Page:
What is written expression disorder?

By Gail Belsky

Expert reviewed by Karen Wilson, PhD

Updated January 12, 2024

Written expression disorder is a learning disorder that makes it hard for people to put their ideas into writing. It also creates difficulty with grammar and punctuation. It’s a type of learning disability that’s common and lifelong.

Snapshot: What written expression disorder is

Written expression disorder is a learning challenge that impacts writing. The formal diagnosis is “specific learning disorder with impairment in writing.” Schools might call it a learning disability in writing.

This lifelong disorder makes it hard to express thoughts in writing. People might have great ideas. But their writing is disorganized and full of grammar and punctuation mistakes.

Written expression disorder is caused by differences in the brain. While it’s not as well-known as dyslexia, it may actually be more common. Experts think between 8 and 15 percent of people have it.

Written expression disorder often co-occurs with other learning challenges. Two of the most common are dyslexia and ADHD.

There aren’t any major teaching programs to help with these writing challenges. But there are strategies and techniques that can help people manage the difficulties and improve their skills.

People can be tested for writing challenges at any age. Parents can request a free evaluation at school. Adults typically have them done privately. The tests are different for kids and adults.

Written expression disorder impacts learning. And it can make certain tasks at work difficult. But it’s important to know that people who have it are just as smart as other people.

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Written expression disorder signs and symptoms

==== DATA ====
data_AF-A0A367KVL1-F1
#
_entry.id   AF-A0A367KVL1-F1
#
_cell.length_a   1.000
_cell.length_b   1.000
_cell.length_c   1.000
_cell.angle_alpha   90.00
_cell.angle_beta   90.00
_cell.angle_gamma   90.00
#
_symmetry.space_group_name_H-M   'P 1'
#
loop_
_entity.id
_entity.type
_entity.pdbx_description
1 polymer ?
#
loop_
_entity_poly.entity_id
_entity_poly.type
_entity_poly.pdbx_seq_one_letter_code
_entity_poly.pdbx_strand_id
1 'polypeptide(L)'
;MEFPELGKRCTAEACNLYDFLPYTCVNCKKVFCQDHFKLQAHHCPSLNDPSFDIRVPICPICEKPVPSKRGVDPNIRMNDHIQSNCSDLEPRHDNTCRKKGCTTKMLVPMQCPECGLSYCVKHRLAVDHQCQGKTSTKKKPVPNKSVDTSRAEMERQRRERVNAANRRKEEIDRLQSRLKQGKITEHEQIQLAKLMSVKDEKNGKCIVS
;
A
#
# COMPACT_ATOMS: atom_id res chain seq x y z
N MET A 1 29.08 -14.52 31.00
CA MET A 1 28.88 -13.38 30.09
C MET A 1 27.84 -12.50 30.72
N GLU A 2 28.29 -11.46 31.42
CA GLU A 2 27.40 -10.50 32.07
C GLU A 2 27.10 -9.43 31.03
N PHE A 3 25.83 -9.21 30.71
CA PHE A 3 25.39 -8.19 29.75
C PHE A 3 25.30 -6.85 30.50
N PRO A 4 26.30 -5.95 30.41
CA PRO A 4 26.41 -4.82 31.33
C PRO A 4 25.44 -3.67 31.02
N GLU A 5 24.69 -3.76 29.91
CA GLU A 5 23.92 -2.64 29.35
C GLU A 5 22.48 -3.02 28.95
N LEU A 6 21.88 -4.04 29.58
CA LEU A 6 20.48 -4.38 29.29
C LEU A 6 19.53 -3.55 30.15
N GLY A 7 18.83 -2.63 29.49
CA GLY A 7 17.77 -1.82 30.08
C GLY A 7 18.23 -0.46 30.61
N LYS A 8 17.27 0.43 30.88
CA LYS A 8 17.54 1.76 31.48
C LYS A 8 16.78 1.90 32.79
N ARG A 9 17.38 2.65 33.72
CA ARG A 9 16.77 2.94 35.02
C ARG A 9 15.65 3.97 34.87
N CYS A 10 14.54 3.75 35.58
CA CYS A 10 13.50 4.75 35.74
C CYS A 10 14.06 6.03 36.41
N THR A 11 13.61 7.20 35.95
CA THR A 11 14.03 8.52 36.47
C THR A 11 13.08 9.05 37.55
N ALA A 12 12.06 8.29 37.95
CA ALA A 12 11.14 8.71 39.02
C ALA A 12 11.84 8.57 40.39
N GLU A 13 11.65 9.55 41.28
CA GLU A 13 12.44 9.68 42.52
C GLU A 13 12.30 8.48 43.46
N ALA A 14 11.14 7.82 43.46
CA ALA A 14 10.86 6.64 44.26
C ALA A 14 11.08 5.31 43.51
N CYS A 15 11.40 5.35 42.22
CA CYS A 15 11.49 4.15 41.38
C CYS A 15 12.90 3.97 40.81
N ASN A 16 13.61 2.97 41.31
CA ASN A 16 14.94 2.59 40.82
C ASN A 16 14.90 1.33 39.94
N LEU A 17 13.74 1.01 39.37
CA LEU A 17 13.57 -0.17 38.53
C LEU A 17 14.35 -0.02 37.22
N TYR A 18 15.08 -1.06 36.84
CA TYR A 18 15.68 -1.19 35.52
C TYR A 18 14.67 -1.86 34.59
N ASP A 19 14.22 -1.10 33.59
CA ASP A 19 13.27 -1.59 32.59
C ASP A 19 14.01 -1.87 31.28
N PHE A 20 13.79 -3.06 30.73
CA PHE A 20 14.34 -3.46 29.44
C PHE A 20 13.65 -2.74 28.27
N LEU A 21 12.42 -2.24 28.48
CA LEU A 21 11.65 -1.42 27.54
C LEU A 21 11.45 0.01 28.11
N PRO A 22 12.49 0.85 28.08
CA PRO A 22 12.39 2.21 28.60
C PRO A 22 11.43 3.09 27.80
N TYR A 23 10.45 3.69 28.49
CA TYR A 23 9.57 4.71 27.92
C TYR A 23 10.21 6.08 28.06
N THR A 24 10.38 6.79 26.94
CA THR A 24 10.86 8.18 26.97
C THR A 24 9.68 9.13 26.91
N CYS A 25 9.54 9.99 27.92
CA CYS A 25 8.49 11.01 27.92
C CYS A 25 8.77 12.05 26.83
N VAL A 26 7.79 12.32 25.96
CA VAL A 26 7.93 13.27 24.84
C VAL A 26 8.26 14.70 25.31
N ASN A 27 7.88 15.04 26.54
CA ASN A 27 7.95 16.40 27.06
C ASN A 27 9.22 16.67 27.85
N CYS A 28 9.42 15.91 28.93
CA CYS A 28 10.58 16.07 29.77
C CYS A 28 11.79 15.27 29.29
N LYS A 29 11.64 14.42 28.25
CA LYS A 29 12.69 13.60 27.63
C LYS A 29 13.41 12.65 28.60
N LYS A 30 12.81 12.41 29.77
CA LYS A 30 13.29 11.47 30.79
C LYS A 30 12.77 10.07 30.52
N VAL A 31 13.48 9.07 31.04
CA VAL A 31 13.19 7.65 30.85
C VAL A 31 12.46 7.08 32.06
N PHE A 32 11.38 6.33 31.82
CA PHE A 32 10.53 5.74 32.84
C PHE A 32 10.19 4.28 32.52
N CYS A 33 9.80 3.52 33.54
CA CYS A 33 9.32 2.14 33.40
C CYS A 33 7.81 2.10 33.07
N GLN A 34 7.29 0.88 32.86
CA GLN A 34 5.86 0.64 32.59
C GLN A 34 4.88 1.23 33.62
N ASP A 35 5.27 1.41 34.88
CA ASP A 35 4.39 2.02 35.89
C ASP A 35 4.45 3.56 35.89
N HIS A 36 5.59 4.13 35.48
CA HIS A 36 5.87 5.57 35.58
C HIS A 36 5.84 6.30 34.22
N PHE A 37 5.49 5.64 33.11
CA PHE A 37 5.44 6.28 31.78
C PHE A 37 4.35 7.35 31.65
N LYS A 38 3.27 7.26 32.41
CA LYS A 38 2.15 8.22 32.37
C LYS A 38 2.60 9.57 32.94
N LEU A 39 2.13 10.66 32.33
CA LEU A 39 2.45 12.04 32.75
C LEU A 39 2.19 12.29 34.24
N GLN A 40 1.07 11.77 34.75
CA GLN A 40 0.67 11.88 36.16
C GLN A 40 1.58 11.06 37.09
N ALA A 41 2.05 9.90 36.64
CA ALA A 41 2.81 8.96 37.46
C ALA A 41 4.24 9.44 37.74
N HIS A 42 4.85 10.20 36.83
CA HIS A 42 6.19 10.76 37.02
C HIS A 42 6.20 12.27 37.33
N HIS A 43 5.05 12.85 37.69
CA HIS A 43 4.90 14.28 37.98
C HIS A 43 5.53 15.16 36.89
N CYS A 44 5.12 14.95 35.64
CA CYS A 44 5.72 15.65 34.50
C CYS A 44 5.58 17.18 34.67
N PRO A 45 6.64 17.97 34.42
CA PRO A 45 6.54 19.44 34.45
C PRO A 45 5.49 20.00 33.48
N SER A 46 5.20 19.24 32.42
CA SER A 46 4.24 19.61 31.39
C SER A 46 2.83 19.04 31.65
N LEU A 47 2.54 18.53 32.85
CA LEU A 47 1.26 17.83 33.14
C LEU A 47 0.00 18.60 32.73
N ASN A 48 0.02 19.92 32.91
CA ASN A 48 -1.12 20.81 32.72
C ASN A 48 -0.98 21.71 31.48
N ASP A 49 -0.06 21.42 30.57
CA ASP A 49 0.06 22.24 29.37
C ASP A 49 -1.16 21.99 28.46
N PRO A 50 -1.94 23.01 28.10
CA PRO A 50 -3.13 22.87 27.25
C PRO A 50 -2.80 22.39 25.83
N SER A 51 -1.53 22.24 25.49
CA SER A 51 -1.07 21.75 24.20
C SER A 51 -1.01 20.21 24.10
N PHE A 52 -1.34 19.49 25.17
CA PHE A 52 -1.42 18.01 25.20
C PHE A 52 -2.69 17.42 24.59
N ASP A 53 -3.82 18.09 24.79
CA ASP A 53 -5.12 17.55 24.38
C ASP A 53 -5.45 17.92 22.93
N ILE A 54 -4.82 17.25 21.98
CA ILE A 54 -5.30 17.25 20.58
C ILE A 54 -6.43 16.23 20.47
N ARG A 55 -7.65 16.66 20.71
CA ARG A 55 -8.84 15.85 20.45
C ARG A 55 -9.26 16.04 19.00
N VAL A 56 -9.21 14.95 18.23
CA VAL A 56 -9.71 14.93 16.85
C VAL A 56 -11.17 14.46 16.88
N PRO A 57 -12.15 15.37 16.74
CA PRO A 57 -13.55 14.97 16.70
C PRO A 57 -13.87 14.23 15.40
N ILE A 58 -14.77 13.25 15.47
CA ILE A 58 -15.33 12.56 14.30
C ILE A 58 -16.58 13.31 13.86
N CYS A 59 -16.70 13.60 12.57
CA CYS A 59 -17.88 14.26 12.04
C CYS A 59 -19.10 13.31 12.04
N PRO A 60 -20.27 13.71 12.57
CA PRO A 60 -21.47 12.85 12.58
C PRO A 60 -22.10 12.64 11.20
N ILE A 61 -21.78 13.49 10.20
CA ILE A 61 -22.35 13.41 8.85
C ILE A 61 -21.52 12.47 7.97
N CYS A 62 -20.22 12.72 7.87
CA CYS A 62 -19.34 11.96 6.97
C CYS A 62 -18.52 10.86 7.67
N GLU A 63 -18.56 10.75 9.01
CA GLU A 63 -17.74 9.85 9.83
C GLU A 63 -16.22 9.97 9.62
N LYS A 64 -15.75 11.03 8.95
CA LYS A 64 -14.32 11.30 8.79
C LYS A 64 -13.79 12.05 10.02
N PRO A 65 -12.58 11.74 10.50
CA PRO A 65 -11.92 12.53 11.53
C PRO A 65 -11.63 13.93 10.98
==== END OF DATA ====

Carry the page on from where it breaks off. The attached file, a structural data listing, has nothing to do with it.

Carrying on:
When people struggle with written expression, it doesn’t mean they also have trouble expressing themselves when speaking. They might tell a story that’s well organized and detailed. But it looks very different when they try to write it out.

The difficulties can show up in different ways. Here are some things you might see in their written work:

  • Words that are misused or that have the wrong meaning
  • The same words used over and over
  • Basic grammar mistakes, like missing verbs or incorrect noun-verb agreement
  • Sentences that don’t make sense
  • Disorganized essays and papers
  • Written work that seems incomplete
  • Missing facts and details
  • Slow writing and typing

There are behavioral signs, too. These include:

  • Making excuses and avoiding writing assignments
  • Complaining about not being able to think of what to write or not knowing where to start
  • Sitting for a long time at a desk without writing
  • Finishing a writing task quickly without giving it much thought

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How written expression disorder is diagnosed

The only way to know if someone has written expression challenges is to have a full evaluation. Parents can request that the school evaluate their child. School evaluations are free.

Certain professionals do private evaluations. But they can be very costly. In some cases, there are ways to get private evaluations for free or at a low cost.

Evaluators use a series of tests to look at writing skills. They also test for strengths and challenges in other areas. Many people with written expression disorder also have other learning and thinking differences, like dyslexia or ADHD.

There are a few types of professionals who do evaluations. These include:

  • School psychologists
  • Clinical psychologists
  • Speech-language pathologists
  • Neuropsychologists

Getting a diagnosis (schools call it an identification) can lead to extra help at school. It can also lead to accommodations at college and at work.

Dive deeper

Trouble with written expression can impact people of all ages and create challenges at school and work. But there are supports that can help. Find out how accommodations work. Learn how to apply for them for the SAT and ACT and how to request them at work.

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